by Julie Deans
The Broughton Archipelago Marine Park and surrounding area is traditional unceded land of the ʼNa̱ mǥis First Nation, and member nations of the Musgamagw Dzawada’enuxw and Nanwakolas Tribal Councils. Care is needed on shore as there are numerous unprotected cultural heritage sites.
In August 2020 I spent 4 days at Paddlers Inn, which is in the northeastern section of the archipelago, just outside the Park. There are multiple small islands with beaches and rocky shores to explore within easy reach, and no major crossings or currents to contend with. As much as I enjoyed paddling in the Broughtons, a large part of the appeal for me was the beauty and serenity of Paddlers Inn itself.
Getting to Paddlers Inn by kayak is possible with overnight camping en route, but there are significant crossings that were more than this solo paddler could safely undertake. I opted for the ~2 hour water taxi ride. Bruce, one of Paddlers Inn owners, collected me and my kayak from Telegraph Cove. I happened to be the only passenger on this trip but the boat can accommodate up to 8 kayaks and 12 passengers. For 2021 Bruce is operating his water taxi out of Port McNeill.
The water taxi pulled up in front of the tiny Float-house cabin I had rented, and deposited me and my gear on the spacious dock surrounding the cabin. The other owner/ host of Paddlers Inn, Josee, was waiting with a smiling welcome. She showed me around and offered any help I might need during my stay. The cabin was at the end of a long dock that also supports 2 other larger cabins, an attractive common outdoor seating area with overhead shelter and central gas fireplace, rental kayaks, fish cleaning area and a couple of storage sheds. The dock is low to the water and very solidly built with no detectable movement caused by wind, water, or people walking on it. The 2 larger cabins on the dock, and a 4th cabin up on the hill, can accommodate up to 4, 10 and 6 people, respectively. The Paddlers Inn website has walk-through videos of each cabin that are very helpful.
The Float-house Cabin was perfect for me and would be fine for a couple. It was spotlessly clean and as delightful as I expected from the photos and video on the website. There is one queen bed, a small built-in table along one wall, and a bright little kitchen with a door leading to a sheltered eating area outside. I brought and prepared all my own food as there is no catering on site and the store in nearby Echo Bay apparently has only non-perishable corner store items.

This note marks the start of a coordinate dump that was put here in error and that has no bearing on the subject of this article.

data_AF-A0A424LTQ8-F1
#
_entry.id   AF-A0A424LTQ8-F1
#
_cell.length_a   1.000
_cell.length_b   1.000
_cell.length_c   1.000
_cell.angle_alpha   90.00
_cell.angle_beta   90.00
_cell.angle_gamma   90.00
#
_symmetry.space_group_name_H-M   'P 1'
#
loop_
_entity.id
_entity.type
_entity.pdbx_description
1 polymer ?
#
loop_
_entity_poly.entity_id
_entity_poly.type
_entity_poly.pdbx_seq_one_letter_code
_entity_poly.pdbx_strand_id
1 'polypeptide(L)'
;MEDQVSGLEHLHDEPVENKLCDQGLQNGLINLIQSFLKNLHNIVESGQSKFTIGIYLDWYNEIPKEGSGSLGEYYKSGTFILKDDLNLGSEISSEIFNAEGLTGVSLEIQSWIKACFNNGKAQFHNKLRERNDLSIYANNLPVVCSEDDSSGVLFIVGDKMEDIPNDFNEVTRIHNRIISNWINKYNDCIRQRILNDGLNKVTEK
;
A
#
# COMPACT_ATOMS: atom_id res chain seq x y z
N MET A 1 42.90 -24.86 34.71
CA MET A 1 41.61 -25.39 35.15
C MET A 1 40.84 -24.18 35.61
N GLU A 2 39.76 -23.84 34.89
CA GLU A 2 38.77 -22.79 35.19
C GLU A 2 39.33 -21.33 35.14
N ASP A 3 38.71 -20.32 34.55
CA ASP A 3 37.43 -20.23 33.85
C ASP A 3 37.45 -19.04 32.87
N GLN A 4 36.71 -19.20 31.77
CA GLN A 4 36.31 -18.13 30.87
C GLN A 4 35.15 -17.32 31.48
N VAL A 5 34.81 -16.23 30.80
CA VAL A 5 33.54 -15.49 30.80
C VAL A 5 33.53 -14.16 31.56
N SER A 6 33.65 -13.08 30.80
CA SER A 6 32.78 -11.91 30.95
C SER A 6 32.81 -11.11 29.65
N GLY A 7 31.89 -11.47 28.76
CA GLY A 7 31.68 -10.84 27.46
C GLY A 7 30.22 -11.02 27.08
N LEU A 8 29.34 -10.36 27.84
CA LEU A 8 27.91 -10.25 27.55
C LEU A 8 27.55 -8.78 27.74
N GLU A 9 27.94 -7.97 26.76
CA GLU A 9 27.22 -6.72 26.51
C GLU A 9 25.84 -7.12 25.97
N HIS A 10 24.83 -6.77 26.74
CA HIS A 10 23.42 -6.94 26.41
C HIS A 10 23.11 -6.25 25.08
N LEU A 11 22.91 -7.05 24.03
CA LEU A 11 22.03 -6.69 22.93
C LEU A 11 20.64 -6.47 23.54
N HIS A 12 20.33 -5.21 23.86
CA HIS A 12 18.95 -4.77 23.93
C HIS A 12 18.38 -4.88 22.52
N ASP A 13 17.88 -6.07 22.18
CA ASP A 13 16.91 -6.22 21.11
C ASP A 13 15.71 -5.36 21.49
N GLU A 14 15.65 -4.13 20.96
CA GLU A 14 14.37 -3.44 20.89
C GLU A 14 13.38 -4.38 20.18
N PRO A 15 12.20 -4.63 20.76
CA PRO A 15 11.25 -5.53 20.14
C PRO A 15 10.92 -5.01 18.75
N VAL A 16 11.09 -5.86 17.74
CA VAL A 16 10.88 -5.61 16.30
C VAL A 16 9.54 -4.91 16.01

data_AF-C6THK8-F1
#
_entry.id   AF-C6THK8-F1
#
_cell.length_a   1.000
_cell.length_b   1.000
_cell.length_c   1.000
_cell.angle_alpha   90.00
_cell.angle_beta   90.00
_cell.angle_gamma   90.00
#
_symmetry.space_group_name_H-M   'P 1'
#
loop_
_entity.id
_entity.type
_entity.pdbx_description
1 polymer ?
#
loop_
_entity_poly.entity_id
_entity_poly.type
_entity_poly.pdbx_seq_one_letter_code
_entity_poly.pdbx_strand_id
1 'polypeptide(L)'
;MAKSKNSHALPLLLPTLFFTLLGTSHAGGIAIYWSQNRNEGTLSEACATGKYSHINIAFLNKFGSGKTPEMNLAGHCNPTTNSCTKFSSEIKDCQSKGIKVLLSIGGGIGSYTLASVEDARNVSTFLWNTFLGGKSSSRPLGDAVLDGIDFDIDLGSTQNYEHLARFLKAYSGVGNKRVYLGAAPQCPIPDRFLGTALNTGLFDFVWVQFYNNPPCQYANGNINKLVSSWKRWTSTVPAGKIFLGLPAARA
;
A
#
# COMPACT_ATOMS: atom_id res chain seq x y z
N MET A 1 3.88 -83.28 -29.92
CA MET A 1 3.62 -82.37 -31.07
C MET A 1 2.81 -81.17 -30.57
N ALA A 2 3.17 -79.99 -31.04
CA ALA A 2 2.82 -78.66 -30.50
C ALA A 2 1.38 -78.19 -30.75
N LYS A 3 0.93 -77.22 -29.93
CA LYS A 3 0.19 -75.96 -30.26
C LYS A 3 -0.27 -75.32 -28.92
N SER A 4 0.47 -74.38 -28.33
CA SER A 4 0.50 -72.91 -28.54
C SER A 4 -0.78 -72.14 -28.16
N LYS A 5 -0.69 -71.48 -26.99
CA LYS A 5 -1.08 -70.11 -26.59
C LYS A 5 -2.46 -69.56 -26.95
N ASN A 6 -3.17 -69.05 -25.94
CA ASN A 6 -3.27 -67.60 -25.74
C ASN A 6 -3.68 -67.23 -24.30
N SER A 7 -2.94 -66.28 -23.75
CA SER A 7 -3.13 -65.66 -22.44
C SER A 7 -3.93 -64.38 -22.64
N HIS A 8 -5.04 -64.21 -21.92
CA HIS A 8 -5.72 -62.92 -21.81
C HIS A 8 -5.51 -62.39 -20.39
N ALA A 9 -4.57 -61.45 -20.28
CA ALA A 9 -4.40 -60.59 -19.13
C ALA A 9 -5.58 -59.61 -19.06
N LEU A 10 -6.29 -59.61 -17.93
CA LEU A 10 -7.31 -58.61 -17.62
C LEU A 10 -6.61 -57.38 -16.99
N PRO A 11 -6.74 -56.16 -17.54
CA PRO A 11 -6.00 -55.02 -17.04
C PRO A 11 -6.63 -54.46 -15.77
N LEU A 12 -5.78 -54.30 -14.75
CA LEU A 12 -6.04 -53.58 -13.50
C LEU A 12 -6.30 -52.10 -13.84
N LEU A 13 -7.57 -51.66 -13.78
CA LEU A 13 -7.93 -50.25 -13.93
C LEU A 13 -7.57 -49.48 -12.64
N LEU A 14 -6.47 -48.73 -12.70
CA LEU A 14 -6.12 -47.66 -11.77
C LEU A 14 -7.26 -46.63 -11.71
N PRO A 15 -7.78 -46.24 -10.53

A small sauna/ drying room in the cabin has a wood burning stove and ample space for hanging up and laying out paddling gear to dry. Outside there are deck chairs, access to the private bathroom with shower, and beautiful hanging baskets all around the cabin. A hose - presumably there to water the flowers - was handy for rinsing off kayak and gear.
Chart No. 3515 (or use the laminated charts provided) The close proximity of the cabin and my kayak to the water minimized the time it usually takes to launch and land, so my day paddles started early, and ended mid-afternoon with plenty of time and energy left for R&R. Once out of the sheltered bay I paddled in different directions each day, taking suggestions from friends and from Paddlers Inn owner-hosts. Each of these paddles was about 15 nm but could easily have been made longer or shorter. There was very little boat traffic of any kind, probably less than usual because of pandemic restrictions.
Picking up a Wi-Fi signal from the owners’ home up the hill is possible but spotty. I was not able to get a stable signal anywhere on the property although I know others did. I monitored weather reports on my VHF radio, and sent messages home using my Garmin InReach mini with Garmin Connect on my iPhone.
I regretted not bringing along a bird book to identify some unusual gulls and other birds. Surprisingly, I saw little other wildlife on my paddles although I’m told that white-sided dolphins, humpback whales, seals and sea lions are often seen in these waters. I did see humpback whales and orcas from the water taxi as we crossed in both directions.
Echo Bay is only ~10 minutes paddle away. In a normal (non-pandemic) summer it is apparently a busy hamlet/ marina with an artist’s studio and Billy Proctor’s famous museum to visit. Read “Heart of the Raincoast” by Alexandra Morton and Billy Proctor for insight into 20th century settler life in this area.
There are good hiking trails leading to lookouts, a beach, and an inland lake with dock and canoe, but there are bears and cougars around so hiking alone was not advised. Bear spray is provided by the hosts, as is professional massage that was highly recommended by a friend, but I was happy to just enjoy the cabin and quiet outdoor spaces on the dock when I wasn’t out paddling.